Language Selection

English French German Italian Portuguese Spanish

Installing applications on Linux

Filed under
Software

In my last article I talked about changing Linux so that software updates come from your ISPs local Linux mirror, which may not count towards your monthly download allowance. In this article I'll chat about how to install applications.

As loyal reader and commenter Guest pointed out in a comment to my last article, when you change to a local ISP's mirror and then install applications (which are part of your Linux distribution) then they will also not count towards your monthly download allowance.

Windows users are quite used to putting in a CD and clicking on whatever comes up. Alternatively, you can download an exe or msi file from a website and install that. So, how do you install applications in Linux?

More Here




More in Tux Machines

Today in Techrights

Linus Torvalds Releases Linux Kernel 3.18 RC1 a Week Early

Linus Torvalds has surprised everyone and launched Linux kernel 3.18 RC1 ahead of time. A new development cycle has started and it will take a few weeks to see what some of the major features added are. Read more

Ubuntu Turns 10, Happy Birthday!

Mark Shuttleworth announced Ubuntu 4.10 "The Warty Warthog Release" on October 20, 2004. It's hard to believe that a decade has passed since then, but we are now getting ready for Ubuntu 14.10 "Utopic Unicorn." Read more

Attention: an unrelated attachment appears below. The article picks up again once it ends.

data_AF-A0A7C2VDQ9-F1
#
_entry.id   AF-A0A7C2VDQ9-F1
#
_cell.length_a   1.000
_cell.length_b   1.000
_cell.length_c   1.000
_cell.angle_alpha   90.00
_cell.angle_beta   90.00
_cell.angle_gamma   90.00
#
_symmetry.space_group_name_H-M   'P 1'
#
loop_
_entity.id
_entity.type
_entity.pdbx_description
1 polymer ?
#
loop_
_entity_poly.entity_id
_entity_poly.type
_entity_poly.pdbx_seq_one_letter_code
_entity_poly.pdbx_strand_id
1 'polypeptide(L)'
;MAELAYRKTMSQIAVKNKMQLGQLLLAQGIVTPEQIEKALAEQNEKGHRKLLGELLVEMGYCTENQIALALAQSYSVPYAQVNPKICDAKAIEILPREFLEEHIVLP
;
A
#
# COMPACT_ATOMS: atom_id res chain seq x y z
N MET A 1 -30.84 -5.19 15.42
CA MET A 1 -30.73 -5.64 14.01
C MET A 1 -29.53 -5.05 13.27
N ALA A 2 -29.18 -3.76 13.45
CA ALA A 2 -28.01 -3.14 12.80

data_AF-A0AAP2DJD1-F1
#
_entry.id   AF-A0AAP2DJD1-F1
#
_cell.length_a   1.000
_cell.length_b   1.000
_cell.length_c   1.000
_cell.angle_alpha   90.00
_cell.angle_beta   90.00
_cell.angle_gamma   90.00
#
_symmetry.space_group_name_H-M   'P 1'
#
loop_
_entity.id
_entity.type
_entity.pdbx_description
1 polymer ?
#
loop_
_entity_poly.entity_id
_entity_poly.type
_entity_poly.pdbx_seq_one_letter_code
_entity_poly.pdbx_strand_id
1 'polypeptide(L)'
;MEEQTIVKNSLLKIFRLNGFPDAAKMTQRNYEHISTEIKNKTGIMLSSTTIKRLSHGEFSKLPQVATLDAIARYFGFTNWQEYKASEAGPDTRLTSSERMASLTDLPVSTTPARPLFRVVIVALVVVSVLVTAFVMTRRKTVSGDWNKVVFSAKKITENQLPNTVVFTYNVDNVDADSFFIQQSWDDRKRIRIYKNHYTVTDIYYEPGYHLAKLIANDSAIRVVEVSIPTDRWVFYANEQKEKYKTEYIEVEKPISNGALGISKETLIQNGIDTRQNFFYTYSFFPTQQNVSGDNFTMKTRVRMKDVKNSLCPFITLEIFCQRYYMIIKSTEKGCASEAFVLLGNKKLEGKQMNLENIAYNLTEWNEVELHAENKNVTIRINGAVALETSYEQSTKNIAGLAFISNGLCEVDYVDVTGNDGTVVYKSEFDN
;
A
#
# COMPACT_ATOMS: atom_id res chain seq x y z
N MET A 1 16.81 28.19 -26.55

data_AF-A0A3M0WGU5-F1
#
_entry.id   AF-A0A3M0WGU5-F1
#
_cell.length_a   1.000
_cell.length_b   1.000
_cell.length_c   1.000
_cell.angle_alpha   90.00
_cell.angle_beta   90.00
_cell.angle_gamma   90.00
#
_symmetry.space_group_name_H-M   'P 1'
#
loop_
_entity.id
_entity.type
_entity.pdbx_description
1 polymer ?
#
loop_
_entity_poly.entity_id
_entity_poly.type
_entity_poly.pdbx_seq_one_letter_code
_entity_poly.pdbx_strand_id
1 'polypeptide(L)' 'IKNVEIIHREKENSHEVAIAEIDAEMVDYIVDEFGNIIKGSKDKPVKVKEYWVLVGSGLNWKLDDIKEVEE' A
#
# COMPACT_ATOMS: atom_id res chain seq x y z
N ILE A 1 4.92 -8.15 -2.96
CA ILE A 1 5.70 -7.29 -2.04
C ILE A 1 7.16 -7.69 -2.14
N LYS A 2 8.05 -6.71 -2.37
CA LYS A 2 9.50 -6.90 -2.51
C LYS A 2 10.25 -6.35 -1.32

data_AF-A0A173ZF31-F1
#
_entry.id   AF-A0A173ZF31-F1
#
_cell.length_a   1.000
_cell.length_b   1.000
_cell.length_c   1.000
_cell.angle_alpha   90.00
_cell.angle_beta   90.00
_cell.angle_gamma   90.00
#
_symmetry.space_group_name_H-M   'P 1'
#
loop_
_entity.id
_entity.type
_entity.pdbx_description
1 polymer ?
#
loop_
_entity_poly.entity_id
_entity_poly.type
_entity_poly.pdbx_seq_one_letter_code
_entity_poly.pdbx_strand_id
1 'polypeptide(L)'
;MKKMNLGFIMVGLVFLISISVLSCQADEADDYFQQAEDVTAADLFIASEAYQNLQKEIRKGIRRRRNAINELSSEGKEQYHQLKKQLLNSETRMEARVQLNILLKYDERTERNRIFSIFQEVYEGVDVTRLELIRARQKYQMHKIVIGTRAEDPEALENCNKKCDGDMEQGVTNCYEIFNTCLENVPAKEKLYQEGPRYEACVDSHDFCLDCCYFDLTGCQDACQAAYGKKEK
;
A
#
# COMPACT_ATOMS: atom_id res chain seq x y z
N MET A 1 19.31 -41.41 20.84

Calligra Gemini - now also for Linux :)

Some people may remember earlier this year when Krita Gemini became (to my knowledge) the first open source software to become greenlit on Steam. For those who don't, yeah, that really happened ;) Krita Gemini was a project created in cooperation between the KDE community's Calligra team, the little software consultancy KO GmbH, and a large semiconductor manufacturer named Intel, who had some devices they needed to be able to show off. Krita Gemini is available on the Steam store, though not yet for Linux (as it turns out, Steam packaging for Linux is even more awkward than building stand-alone installers for Windows, an odd sort of situation for us used to sensible package managers) Read more